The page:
Recruitment Marketing in 2016: HR Managers Rely on Content and Social Media to Find the Perfect Hire

February 16, 20168:35 am692 views

The competitive recruitment landscape and increasing popularity of social media are fundamentally changing the way companies attract talent.

HR managers are engaging in the fight for top talent through recruitment marketing, with two thirds creating and distributing recruitment content via social media.

A further 44% are using social channels to communicate directly with candidates, with the majority saying these methods deliver results.

The findings are part of Recruitment Marketing Insights 2016, a report launched today by creative content agency Southerly and HR transformation consultancy Veran Performance.

The research forms the most comprehensive overview of recruitment marketing to date and aims to help HR professionals gain the traction they need in today’s challenging market conditions.

The report shows that businesses are producing a variety of targeted content to attract and inform potential candidates, ranging from career sites and ‘join us’ pages to job profiles, Q&As, career blogs, employer brand videos, podcasts and slide-shares. Of these, career sites and job profiles are proving particularly effective in helping companies recruit the best talent.

When it comes to getting this content in front of candidates, 67% of HR managers are turning to social media, with almost three quarters (73%) using Facebook, 67% using LinkedIn and 50% using Twitter.

It’s not just the major social channels proving useful, with almost a fifth (18%) of HR managers distributing recruitment-focused content on Instagram and 5% using Snapchat.

Overall, HR managers report that recruitment marketing is helping them increase the number of applications per vacancy, increase the quality and diversity of applications, reduce cost per hire and time to fill positions. It also improves brand recognition and staff retention.

Explaining the motivation behind the report Shelley Hoppe, CEO of Southerly, said: “As the economy has picked up, candidates have become more discerning. HR managers simply can’t afford to stick the old ‘one size fits all’ approach to finding talent. Content and social media are hot topics in marketing and these techniques can be applied to great effect in the world of recruitment.”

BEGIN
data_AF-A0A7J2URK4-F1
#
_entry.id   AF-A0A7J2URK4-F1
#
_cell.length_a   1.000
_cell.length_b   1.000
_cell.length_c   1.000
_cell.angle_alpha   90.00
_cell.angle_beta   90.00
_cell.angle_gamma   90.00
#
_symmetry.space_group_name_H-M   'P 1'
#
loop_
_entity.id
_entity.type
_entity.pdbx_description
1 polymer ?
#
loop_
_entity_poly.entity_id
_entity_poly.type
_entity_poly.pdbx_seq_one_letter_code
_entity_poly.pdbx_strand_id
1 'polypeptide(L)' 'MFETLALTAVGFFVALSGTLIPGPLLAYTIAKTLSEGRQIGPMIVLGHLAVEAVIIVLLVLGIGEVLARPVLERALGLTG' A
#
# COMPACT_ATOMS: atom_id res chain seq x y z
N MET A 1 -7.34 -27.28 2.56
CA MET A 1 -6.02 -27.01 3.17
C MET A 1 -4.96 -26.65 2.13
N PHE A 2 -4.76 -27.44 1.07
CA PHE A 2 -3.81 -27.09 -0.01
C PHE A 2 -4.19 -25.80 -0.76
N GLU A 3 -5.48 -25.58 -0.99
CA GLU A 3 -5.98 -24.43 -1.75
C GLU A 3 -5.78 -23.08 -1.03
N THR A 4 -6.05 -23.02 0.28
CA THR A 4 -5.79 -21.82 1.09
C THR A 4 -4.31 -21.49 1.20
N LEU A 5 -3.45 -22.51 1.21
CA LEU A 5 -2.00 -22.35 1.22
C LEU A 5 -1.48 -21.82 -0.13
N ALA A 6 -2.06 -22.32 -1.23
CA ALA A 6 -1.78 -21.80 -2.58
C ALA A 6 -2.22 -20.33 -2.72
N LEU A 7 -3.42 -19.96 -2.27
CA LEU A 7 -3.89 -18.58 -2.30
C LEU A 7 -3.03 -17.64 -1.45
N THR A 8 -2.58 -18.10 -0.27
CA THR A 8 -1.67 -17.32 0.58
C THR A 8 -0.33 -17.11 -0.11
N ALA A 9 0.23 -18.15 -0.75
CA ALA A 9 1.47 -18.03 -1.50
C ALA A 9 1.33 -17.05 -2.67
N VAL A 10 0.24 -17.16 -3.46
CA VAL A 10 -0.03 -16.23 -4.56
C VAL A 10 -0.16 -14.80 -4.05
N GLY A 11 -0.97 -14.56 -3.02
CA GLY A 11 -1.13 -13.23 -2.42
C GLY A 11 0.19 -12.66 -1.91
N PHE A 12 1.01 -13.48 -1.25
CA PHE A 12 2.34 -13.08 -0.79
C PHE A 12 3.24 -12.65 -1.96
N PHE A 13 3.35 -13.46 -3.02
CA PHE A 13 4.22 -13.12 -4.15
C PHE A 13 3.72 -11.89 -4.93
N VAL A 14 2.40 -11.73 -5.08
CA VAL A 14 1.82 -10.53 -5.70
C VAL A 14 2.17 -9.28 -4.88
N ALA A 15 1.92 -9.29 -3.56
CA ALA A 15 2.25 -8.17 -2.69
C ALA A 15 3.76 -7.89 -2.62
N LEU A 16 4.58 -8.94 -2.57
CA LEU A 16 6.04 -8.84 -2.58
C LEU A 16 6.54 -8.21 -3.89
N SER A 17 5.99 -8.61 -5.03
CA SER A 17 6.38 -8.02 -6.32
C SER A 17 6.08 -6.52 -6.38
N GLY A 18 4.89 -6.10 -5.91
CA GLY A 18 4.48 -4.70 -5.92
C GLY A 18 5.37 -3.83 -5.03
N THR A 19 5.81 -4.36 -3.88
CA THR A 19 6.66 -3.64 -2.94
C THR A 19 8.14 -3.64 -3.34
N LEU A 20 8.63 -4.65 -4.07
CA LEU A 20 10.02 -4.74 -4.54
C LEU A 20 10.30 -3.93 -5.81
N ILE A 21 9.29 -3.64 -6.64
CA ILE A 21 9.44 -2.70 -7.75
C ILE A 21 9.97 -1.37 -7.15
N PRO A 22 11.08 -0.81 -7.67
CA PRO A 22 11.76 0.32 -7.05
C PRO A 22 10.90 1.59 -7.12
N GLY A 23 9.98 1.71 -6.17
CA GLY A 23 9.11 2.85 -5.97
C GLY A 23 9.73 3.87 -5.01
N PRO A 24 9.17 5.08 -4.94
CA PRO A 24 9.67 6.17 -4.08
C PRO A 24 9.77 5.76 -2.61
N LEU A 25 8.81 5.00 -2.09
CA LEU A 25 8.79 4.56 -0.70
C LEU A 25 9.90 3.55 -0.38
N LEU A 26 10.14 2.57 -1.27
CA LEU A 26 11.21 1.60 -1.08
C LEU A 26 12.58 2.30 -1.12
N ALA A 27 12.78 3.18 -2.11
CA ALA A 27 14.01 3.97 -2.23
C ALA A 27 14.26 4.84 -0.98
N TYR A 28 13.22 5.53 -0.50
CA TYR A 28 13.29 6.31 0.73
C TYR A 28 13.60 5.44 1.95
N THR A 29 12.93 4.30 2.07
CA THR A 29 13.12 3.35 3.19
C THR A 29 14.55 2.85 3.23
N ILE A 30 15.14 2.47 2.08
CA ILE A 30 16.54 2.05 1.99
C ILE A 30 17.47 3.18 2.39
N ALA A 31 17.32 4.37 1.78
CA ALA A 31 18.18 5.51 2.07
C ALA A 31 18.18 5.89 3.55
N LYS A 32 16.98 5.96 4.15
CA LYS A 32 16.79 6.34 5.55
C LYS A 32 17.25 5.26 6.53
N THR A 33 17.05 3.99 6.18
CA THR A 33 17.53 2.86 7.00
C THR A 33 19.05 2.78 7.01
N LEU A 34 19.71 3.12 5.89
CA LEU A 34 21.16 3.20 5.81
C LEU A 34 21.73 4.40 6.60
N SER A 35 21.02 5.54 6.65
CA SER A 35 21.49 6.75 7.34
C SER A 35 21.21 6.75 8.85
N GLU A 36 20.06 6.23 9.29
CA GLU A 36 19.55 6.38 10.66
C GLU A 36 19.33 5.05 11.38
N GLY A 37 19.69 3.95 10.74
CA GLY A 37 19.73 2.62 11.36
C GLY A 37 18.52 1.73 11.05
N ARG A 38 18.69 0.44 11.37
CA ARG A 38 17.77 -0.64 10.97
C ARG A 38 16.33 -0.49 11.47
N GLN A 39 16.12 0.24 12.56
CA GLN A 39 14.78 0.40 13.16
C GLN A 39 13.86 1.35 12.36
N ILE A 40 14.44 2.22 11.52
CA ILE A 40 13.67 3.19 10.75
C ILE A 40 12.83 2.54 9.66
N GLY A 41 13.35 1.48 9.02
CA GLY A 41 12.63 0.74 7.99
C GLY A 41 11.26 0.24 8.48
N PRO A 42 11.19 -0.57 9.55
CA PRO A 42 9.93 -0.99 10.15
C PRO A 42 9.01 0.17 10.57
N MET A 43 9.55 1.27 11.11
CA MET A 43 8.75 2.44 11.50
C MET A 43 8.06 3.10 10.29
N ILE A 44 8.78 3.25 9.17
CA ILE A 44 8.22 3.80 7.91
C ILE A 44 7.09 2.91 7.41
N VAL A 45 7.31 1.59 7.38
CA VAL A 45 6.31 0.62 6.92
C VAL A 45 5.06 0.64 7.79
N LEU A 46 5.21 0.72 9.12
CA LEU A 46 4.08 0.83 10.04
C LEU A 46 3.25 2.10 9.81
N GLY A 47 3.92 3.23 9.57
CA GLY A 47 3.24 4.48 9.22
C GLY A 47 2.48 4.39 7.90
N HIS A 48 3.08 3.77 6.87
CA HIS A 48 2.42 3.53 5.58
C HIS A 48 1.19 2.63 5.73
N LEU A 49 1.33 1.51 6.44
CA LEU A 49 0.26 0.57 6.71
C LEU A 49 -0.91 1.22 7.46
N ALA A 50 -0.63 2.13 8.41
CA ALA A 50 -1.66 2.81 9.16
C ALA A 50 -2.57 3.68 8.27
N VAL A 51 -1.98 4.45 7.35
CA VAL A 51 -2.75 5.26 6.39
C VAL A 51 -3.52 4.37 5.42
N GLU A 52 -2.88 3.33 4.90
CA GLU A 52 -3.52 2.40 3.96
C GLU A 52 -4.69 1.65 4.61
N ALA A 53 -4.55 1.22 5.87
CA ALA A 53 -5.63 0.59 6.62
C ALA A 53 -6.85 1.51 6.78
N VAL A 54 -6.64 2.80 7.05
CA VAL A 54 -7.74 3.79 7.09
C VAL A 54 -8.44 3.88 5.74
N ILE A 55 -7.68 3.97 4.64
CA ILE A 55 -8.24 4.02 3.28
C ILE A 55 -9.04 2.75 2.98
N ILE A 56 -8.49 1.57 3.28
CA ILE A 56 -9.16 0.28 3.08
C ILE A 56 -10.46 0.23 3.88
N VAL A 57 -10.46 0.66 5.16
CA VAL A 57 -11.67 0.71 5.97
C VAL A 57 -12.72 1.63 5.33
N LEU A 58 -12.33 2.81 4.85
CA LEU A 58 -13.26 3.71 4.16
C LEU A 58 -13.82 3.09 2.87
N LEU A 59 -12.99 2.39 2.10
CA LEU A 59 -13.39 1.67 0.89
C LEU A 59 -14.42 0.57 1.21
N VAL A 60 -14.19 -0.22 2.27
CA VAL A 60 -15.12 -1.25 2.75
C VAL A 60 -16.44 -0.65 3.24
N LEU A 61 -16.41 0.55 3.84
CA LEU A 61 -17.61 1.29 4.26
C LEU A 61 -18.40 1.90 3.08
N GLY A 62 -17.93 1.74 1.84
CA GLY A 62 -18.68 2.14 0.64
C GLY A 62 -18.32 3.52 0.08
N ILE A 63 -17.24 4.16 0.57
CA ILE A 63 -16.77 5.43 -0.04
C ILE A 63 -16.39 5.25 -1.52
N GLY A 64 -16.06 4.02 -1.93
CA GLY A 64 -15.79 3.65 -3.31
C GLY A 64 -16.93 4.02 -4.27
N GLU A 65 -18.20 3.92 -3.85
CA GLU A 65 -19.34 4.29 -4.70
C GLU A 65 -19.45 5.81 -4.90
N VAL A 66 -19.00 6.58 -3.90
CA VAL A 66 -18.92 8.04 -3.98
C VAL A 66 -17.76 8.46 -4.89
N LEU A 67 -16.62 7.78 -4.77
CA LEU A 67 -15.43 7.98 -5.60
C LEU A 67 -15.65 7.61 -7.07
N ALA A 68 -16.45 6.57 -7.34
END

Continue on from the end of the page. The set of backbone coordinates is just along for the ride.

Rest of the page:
See: Top 11 Modern Recruitment Marketing Practices to Attract and Hire Talent

“Forward thinking HR managers are making the most of the various media, tools and channels available to engage with candidates in a fresh and informative way, and are seeing positive results across a variety of strategic metrics,” added Hoppe.

Tom Holmes, founding director at Veran Performance, comments: “The HR function is in flux at the moment and this is an area that HR absolutely must own, rather than hand off to marketing or brand teams. There’s a real opportunity for HR managers to embrace new, dynamic techniques that will help them attract high quality candidates who reflect the organisation’s values, which in turn will impact positively on recruitment and retention costs.”

HR professionals are also experimenting with paid promotions on social media. LinkedIn and Facebook are deemed as most effective for paid promotion of recruitment content.

88% of companies are measuring the success of their recruitment efforts on social media with particular emphasis on content. Of these, 47% rely on Google Analytics, 32% use sophisticated content tagging and tracking systems and a further 18% make use of social media listening tools.

Employee advocacy can be extremely powerful – happy, motivated employees who’ve found the right working environment are your best advocates and candidates will be interested in hearing their views.

If you are wary of asking your employees to get involved in your recruitment activity then you should ask yourself two questions: is your employee engagement as good as it could be and, if it isn’t, what will your staff retention look like next year?

Also read: 8 Best Practices to Enhance Recruitment Transparency in 2016

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